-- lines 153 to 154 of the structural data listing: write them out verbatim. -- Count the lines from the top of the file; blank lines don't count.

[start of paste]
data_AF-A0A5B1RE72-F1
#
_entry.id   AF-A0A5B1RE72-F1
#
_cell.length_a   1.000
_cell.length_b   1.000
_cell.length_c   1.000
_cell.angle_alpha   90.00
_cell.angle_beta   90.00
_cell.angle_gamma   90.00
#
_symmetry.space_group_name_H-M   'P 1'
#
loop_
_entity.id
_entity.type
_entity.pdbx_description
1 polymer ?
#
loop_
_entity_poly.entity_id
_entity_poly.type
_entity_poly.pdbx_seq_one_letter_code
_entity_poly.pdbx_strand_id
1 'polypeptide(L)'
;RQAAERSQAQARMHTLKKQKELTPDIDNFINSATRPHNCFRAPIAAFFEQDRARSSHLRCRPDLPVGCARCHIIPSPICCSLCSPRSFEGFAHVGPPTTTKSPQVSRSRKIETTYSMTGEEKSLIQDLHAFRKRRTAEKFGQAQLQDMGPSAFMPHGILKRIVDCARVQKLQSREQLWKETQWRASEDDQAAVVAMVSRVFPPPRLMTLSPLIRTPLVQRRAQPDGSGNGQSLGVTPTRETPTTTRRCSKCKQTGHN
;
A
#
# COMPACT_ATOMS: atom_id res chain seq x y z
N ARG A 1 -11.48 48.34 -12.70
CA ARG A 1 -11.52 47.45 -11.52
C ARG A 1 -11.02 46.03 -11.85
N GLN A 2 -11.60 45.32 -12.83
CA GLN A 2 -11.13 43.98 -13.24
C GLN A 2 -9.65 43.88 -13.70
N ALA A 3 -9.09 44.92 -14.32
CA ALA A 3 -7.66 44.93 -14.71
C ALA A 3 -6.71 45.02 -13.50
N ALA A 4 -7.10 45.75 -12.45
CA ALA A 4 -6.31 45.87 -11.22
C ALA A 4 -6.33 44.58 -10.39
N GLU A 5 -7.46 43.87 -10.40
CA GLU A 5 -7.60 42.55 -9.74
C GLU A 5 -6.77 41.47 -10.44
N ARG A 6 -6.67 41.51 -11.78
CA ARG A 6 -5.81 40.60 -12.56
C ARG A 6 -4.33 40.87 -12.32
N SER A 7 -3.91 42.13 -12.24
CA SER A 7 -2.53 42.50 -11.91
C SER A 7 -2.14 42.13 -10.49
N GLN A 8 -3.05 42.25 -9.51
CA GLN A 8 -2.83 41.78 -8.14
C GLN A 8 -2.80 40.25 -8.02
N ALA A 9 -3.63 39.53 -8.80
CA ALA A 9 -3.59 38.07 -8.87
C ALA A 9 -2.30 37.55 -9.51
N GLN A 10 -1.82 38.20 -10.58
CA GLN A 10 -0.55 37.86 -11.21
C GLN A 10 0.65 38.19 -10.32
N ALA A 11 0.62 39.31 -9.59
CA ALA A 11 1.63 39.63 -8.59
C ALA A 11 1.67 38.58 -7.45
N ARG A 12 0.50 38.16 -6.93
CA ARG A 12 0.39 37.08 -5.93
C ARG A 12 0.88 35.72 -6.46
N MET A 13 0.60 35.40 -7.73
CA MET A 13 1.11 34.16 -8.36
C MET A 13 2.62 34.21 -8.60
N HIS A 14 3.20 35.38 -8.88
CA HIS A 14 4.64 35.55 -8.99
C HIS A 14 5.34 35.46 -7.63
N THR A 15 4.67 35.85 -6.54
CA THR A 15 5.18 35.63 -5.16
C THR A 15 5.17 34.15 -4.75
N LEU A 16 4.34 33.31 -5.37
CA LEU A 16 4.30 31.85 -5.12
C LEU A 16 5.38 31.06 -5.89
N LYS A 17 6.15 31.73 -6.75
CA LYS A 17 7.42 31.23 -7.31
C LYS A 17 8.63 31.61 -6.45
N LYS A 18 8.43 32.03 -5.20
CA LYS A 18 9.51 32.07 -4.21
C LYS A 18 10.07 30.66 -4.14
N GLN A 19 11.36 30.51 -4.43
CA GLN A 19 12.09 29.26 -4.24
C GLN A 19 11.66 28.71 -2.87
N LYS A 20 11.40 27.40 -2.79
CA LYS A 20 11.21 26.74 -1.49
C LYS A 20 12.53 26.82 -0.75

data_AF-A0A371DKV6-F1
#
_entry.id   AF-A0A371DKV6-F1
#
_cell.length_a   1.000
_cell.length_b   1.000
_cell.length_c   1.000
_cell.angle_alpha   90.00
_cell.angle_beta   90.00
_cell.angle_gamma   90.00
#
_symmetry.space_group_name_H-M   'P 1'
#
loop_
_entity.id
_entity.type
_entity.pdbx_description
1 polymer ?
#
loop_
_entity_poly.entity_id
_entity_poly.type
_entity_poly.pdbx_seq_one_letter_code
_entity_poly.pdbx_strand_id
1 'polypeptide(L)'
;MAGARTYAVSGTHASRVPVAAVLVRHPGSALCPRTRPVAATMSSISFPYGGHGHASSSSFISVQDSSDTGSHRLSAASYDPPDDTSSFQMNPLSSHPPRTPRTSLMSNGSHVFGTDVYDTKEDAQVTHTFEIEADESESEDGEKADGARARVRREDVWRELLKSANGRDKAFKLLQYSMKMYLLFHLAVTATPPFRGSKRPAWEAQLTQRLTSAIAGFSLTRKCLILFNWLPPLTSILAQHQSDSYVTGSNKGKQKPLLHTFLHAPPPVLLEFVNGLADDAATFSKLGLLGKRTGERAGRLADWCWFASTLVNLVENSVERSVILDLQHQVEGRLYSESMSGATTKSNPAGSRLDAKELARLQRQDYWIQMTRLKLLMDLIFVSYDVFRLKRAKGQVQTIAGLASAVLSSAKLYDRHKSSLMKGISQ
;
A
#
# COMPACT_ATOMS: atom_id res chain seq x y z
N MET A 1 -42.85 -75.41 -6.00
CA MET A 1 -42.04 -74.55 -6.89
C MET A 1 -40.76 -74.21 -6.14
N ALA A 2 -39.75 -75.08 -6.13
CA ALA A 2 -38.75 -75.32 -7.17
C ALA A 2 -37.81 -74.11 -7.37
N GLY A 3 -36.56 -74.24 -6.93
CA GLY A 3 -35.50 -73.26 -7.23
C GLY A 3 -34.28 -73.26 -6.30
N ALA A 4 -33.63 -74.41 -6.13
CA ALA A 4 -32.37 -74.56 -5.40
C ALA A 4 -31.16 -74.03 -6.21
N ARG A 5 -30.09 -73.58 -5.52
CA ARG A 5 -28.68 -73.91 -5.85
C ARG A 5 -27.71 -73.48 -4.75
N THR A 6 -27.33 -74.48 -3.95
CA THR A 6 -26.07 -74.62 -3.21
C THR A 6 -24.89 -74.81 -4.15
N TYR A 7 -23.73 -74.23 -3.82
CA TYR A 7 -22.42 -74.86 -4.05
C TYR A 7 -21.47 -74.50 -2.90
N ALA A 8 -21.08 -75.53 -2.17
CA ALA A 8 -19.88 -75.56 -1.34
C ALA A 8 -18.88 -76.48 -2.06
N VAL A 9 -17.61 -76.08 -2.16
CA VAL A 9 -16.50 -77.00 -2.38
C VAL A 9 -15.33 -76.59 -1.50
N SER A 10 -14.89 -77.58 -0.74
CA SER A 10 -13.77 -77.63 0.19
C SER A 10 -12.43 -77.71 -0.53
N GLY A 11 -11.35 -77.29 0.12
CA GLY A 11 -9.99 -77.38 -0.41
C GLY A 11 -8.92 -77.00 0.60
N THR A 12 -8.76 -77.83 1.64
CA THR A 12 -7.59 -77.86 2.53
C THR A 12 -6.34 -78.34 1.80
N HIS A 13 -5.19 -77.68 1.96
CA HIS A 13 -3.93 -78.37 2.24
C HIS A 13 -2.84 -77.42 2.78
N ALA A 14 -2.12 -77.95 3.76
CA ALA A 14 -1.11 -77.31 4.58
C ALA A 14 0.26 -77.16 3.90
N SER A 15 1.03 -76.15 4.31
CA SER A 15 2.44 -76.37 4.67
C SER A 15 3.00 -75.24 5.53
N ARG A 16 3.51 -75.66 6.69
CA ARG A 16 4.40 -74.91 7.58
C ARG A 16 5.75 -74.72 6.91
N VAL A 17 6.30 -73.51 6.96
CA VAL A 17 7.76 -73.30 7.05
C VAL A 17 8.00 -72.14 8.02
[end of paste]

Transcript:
C GLY A 11 -8.92 -77.00 0.60
N THR A 12 -8.76 -77.83 1.64